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Miami Brain Cooling Injury Lawyer

Was Your Baby Injured by Cooling Procedures? Contact Freidin Brown, P.A.

Having a baby is a joyous and awe-inspiring moment for new parents. However, for some parents, that joy is abruptly met with anxiety and pain when their baby is taken to a neonatal intensive care unit (NICU) for brain cooling therapy. Brain cooling, or “hypothermia therapy,” is an emergency medical procedure that may be performed on infants within 6 hours of being born and can last for up to 2 days as the infant is repeatedly cooled down. While this treatment can save lives in some cases, it also requires that the attending doctors pay attention to your infant’s needs – and when they don’t, the results are nothing short of tragic.

At Freidin Brown, P.A., our Miami birth injury lawyers have seen many cases where a doctor’s negligence necessitated brain cooling therapy. In other instances, a child who desperately needs this technique could also be denied proper treatment as a result of negligence. If you have any reason to suspect that your child’s brain injuries were caused or amplified by improper brain cooling, we’re here to assist. Contact our medical malpractice team at 866-716-7292 for a FREE consultation in South Florida.

The Link Between Brain Cooling and Neonatal Asphyxia

Lack of oxygen during birth is the main reason that a healthcare professional may opt to perform brain cooling therapy on an infant. In particular, brain cooling therapy can assist when your child has sustained a serious brain injury called hypoxic-ischemic encephalopathy (HIE), also called neonatal asphyxia. Because HIE is often caused by physician mistakes during birth, the very fact that a physician has recommended brain cooling may be a sign that negligence has occurred. HIE can lead to a range of serious long-term complications, most notably cerebral palsy.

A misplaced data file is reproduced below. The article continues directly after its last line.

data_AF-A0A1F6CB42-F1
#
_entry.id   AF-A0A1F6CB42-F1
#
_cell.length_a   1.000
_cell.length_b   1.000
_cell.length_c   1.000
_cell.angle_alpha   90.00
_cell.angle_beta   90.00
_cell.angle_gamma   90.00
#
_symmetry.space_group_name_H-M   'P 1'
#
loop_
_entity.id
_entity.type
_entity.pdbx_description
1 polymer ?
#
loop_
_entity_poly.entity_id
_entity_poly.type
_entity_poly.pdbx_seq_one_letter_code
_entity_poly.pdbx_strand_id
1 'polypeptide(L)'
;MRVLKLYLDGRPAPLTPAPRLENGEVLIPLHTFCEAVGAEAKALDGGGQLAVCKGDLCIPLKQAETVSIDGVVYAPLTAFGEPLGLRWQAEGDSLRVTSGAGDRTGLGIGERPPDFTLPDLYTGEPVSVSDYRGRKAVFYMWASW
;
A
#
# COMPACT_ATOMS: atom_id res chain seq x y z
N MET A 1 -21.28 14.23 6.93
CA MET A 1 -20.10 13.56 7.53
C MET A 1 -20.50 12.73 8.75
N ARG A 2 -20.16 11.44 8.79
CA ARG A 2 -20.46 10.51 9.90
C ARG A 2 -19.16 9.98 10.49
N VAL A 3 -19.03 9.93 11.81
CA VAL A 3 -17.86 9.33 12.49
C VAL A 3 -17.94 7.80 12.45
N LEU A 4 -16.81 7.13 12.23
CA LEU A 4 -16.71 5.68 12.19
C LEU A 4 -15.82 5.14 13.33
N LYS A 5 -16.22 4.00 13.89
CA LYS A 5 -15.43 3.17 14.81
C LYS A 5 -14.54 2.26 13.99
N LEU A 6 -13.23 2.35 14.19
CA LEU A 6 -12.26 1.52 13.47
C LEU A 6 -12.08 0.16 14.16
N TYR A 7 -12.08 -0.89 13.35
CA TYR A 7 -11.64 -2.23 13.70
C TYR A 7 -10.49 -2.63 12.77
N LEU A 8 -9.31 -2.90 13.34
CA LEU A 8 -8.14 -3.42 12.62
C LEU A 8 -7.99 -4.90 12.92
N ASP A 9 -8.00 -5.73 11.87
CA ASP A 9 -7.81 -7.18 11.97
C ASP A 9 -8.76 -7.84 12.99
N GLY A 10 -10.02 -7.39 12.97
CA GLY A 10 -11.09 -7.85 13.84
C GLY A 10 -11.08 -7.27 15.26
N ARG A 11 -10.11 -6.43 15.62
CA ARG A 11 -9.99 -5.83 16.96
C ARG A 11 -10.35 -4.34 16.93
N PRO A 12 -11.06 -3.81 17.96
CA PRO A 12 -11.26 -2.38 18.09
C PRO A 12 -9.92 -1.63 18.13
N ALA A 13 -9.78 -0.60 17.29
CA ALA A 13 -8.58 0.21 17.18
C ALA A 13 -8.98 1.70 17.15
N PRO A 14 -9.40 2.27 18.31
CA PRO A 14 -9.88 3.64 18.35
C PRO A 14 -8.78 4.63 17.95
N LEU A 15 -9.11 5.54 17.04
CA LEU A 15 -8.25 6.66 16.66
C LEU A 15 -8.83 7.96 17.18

Some of the most common birth injuries that can cause HIE include:

  • Placental abruption
  • Preeclampsia
  • Maternal hemorrhage
  • Trauma during the delivery
  • Uterine hyperstimulation, or tachysystole
  • Shoulder dystocia
  • Umbilical cord complications
  • Delayed C-section
  • Incorrect positioning of the fetus

What Are the Results of Improper Brain Cooling Therapy?

When administered correctly, hypothermia therapy is an innovative technique that can prevent infants from dying, as well as decrease the possibility that your child will suffer a long-term illness or disorder. It has been shown in multiple independent research studies to improve oxygen flow in infants. However, the key here is that it must be administered correctly: Unfortunately, this is not always the case.

Below are a few of the issues that can arise if brain cooling therapy is performed incorrectly:

  • Sinus bradycardia, or lowered heart rate: Because hypothermia therapy applies intense cold to your baby’s brain and body, it may have the effect of lowering their heart rate to a dangerously low level. While usually not fatal on its own, sinus bradycardia can cause long-term issues for the respiratory and gastrointestinal system, including sleep apnea, asthma, and acid reflux.
  • Cerebral palsy: Failing to cool your infant quickly enough after they develop HIE may cause cerebral palsy to set in. Cerebral palsy is a serious motor disorder that has no cure. Depending on the gravity of your child’s cerebral palsy, they may only suffer from mild spastic jerking movements and muscle stiffness, or they may be unable to move without the use of a wheelchair.
  • Blindness or seizure disorders: Because HIE directly affects the cerebral cortex, one of the main outcomes of improper brain cooling technique is blindness. This disability can change the way your child functions and navigates through the world for decades to come, and can affect every aspect of your lives.

Contact Our Experienced Miami Birth Injury Lawyers Today

If your child has been injured by brain cooling therapy, or because a physician failed to treat HIE in time, they may be liable for damages. Contact Freidin Brown, P.A. today for a FREE consultation.

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